The link between ED and heart disease

Erectile dysfunction (ED) precedes coronary artery disease (CAD) in almost 70% of cases1. In fact, ED could be an indicator of silent CAD, heart disease you don’t know you have. If you have concerns, the best solution is to first go and speak to your family physician/General Practitioner.



The blood supply to your penis starts in your heart and flows through arteries in the belly to even smaller arteries that branch off to carry blood into the penis. With sexual stimulation, these blood vessels need to rapidly increase blood flow. If these blood vessels are blocked (atherosclerosis) by coronary artery disease, you may not be able to achieve or maintain an erection1.


ED and heart disease are considered two signs of the same disease process. The smaller arteries in the penis are affected by atherosclerosis sooner, perhaps three or more years before they cause heart disease symptoms1. A large international study found that men with ED were more likely to die from heart causes; have a heart attack, stroke or be admitted to the hospital with heart failure than men with no or mild ED2.


You may reduce your risk of ED by improving your heart health. Healthy lifestyle choices often  encourage you to stop smoking, lose weight, and increase physical activity. If ED persists, oral medications are a common first therapy for ED. If oral medications don’t work for you, they are typically followed by one or more of these treatments: other medications, including penile injections, intraurethral pellets and topical creams, vacuum devices or surgically implanted devices. These other options are usually discussed with a specialist.


ED precedes coronary artery disease in almost 70% of cases1.


Erectile Dysfunction usually comes 3 or more years before a heart attack, making it a common first sign for men that they have heart disease1.

  • Men on heart disease medication may need ED treatment beyond oral medication
  • Penile implants have helped many couples return to an active, satisfying sex life



Oral medications (Viagra™, Cialis™, Levitra™ and Stendra™) are a common first step to treat erectile dysfunction, but they don’t work for everyone – especially men with heart disease. Men taking nitrates for heart disease or those taking alpha blocking agents for blood pressure are generally not good candidates for oral ED medication3. In addition, some medications simply do not work for certain men. When ED medication is not the answer, there are other options. Talk to your family physician/General Practitioner or specialist for the best alternative options for you.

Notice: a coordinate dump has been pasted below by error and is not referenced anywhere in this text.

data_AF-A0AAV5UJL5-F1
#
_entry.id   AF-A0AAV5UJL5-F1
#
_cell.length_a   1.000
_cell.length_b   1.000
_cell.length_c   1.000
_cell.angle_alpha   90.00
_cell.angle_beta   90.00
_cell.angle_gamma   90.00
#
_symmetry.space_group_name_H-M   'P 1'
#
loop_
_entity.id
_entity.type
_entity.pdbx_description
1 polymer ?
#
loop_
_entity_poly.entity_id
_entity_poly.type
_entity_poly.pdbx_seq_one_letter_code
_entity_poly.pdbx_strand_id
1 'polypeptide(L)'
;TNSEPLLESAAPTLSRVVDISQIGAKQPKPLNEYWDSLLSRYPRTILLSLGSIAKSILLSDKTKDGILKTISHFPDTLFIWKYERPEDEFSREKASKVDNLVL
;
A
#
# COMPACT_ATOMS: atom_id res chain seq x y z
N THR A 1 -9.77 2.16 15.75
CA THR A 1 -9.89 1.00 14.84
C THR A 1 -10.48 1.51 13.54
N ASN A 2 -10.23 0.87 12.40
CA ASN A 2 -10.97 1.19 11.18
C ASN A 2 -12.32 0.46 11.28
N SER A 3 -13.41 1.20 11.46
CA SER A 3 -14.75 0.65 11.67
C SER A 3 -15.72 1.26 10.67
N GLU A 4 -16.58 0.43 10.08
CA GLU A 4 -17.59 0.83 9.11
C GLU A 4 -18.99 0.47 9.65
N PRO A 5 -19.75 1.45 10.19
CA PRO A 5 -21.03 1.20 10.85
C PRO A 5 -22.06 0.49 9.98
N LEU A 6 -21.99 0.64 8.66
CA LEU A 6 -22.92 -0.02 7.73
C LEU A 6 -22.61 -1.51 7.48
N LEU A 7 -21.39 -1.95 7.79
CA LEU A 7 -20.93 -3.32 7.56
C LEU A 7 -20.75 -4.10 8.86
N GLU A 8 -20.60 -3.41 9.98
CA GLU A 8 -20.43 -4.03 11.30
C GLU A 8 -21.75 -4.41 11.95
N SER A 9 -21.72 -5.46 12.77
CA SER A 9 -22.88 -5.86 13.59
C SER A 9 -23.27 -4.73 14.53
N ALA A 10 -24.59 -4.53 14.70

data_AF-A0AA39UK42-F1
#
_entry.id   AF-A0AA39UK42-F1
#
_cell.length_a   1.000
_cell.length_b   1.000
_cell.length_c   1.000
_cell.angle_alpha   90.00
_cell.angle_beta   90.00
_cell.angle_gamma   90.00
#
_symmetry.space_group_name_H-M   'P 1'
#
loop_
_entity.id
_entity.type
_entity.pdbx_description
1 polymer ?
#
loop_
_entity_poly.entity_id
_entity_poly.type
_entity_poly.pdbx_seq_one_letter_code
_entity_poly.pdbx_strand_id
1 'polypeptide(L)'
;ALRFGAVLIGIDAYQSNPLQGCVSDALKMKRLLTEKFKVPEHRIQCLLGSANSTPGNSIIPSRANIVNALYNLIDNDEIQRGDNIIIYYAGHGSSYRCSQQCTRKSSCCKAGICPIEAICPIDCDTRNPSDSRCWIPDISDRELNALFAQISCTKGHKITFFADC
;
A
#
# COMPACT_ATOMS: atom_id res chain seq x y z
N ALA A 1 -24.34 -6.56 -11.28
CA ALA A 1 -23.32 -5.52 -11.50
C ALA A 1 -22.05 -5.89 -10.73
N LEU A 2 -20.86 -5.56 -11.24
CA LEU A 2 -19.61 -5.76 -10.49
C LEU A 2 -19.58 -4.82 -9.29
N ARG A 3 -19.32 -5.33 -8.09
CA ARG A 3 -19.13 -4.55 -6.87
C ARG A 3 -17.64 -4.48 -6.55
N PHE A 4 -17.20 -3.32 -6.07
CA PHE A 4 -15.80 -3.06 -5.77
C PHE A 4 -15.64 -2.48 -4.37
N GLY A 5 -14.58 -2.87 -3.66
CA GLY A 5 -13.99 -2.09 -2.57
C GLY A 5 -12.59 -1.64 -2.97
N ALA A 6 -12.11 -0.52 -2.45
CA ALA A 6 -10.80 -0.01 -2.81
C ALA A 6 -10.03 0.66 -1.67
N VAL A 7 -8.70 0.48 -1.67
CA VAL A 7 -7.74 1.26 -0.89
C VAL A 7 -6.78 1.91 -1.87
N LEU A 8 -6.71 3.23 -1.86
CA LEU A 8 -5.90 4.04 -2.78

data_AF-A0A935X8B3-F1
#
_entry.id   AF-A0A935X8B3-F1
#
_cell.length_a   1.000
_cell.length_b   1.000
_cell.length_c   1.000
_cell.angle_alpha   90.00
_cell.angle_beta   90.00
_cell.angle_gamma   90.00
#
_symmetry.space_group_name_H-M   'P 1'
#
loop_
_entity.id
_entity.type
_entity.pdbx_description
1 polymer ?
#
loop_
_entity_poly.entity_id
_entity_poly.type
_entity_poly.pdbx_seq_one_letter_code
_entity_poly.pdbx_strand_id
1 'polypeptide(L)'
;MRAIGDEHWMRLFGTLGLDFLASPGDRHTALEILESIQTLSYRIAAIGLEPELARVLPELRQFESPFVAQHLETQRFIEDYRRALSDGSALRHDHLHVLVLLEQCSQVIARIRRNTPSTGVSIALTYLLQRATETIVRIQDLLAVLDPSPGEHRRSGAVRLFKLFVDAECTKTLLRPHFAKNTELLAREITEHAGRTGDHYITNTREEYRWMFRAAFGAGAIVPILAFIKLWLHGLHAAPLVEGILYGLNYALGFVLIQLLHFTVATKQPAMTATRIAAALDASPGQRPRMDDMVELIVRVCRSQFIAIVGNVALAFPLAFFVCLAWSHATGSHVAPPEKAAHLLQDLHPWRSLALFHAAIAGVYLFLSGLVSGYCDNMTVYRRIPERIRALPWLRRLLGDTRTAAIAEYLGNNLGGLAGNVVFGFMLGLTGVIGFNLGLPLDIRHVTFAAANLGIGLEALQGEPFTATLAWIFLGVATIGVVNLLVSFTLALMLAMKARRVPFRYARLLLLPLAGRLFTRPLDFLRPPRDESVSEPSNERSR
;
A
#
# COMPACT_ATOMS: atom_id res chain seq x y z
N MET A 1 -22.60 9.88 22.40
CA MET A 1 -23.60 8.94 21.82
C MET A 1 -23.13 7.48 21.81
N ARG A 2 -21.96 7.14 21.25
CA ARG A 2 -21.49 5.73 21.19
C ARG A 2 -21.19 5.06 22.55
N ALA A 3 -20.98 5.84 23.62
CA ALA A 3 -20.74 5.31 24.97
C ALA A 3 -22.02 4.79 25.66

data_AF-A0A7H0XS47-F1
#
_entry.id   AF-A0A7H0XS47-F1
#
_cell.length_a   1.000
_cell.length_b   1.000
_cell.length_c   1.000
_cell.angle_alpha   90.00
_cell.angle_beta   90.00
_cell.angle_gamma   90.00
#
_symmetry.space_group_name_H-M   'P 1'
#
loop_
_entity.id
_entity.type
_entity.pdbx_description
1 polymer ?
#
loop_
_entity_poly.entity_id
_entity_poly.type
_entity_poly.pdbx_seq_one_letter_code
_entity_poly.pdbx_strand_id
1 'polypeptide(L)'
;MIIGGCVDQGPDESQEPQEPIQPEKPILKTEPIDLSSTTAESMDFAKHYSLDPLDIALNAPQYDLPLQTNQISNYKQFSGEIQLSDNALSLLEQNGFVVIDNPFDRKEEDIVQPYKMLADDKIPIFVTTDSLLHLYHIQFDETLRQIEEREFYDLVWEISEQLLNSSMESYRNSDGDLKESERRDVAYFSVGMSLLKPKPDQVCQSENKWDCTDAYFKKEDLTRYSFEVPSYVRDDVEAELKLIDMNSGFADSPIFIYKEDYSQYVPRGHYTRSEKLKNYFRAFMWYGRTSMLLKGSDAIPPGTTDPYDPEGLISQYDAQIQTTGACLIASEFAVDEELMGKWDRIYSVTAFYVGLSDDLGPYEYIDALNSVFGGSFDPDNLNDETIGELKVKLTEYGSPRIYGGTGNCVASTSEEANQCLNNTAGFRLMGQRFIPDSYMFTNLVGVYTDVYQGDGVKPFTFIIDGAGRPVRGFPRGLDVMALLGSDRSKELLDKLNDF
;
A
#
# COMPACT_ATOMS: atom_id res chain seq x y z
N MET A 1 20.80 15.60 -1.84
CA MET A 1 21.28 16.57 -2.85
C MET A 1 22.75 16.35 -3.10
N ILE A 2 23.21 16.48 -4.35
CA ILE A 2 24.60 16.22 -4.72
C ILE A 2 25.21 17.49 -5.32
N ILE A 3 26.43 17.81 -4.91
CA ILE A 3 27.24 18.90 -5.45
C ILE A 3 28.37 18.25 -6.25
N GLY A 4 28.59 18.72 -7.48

Finding a satisfying solution to erectile dysfunction can be a life-changing event for many men and their partners. In one study of 200 patients and 120 partners, both men and their partners found penile implant to be satisfying. 92% of patients and 96% of their partners reported sexual activity to be excellent or satisfactory4. Talk to your doctor about your treatment options.

Understand the link between your symptoms & ED

Treatment is available for all men with Erectile Dysfunction

Find an Implanter to discover the best solution for your ED


  1. Gandaglia G, Briganti A, Jackson G, et al. A systematic review of the association between erectile dysfunction and cardiovascular disease. Eur Urol. 2014 May;65(5):968-78.
  2. Bohm M, Baumhäkel M, Teo K, et al. Erectile dysfunction predicts cardiovascular events in high-risk patients receiving Telmisartan, Ramipril, or both: The ongoing Telmisartan alone and in combination with Ramipril global endpoint trial/Telmisartan randomized assessment study in ACE intolerant subjects with cardiovascular disease (ONTARGET/TRANSCEND) trials. Circulation. 2010 Mar 30;121(12):1439-46.
  3. Jackson G, Rosen RC, et al. The second Princeton consensus on sexual dysfunction and cardiac risk: new guidelines for sexual medicine. J Sex Med. 2006 Jan;3(1):28–36
  4. Montorsi R, Rigatti P, Carmingnani G, et al. AMS three-piece inflatable implants for erectile dysfunction: a long-term multi-institution study in 200 consecutive patients. Eur Urol. 2000;37:50-55.


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